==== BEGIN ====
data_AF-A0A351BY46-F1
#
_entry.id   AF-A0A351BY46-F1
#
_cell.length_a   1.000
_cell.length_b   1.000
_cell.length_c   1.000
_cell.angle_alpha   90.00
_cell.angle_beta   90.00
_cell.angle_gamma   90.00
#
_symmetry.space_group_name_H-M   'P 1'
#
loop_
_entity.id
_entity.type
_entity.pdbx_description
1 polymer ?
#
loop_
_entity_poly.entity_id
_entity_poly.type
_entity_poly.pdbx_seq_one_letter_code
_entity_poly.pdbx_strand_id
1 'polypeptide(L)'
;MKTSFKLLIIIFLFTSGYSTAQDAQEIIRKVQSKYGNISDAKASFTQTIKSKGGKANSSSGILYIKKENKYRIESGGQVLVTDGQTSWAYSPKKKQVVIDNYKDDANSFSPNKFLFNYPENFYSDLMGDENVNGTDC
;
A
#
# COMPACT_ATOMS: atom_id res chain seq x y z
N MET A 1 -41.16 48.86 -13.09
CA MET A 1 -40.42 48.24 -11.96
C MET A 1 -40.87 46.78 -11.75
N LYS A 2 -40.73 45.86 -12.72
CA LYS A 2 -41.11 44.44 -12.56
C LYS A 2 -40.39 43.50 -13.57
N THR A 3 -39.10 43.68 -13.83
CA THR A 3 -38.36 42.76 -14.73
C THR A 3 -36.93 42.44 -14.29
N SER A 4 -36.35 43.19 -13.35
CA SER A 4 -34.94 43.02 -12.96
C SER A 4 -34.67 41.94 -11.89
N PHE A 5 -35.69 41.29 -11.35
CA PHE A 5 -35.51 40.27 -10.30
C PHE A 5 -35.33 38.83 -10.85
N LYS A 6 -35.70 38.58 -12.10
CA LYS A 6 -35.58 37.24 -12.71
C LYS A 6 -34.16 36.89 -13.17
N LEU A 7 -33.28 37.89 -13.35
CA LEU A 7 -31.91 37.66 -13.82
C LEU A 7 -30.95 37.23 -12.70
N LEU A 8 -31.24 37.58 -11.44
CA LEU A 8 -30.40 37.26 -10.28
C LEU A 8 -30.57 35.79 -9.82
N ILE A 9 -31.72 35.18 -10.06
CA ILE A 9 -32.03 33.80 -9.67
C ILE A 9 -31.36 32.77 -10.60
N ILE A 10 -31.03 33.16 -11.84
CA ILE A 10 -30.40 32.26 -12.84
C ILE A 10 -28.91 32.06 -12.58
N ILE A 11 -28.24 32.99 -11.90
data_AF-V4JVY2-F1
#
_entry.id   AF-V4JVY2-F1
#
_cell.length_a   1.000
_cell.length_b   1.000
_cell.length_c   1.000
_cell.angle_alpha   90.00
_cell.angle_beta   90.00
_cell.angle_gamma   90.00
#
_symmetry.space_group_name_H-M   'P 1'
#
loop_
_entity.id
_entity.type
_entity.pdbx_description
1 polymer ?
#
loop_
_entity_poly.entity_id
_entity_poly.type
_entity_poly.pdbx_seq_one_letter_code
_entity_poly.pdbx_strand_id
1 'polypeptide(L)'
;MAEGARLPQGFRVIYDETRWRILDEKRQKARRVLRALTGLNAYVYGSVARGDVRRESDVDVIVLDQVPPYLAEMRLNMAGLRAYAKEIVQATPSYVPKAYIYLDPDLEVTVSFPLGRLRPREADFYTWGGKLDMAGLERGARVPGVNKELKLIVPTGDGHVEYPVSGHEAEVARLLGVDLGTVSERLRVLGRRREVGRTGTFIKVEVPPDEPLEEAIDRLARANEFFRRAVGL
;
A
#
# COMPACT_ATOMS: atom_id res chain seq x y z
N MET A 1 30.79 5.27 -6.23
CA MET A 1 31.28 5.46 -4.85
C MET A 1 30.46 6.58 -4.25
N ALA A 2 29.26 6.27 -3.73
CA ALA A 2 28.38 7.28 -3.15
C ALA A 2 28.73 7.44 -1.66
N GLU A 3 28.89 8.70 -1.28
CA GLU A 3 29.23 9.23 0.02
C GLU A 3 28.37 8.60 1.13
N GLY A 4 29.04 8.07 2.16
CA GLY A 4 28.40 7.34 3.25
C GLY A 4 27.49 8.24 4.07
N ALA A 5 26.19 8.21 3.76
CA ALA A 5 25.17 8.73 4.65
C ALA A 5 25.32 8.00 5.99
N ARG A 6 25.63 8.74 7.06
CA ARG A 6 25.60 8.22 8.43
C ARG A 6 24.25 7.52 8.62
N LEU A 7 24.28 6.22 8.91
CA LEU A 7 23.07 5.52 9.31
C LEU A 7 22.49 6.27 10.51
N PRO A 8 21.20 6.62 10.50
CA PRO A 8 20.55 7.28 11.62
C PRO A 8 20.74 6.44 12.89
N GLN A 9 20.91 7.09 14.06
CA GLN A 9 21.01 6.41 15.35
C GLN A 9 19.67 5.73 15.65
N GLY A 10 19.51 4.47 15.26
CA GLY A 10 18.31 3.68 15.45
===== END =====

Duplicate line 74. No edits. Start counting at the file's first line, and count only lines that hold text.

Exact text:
#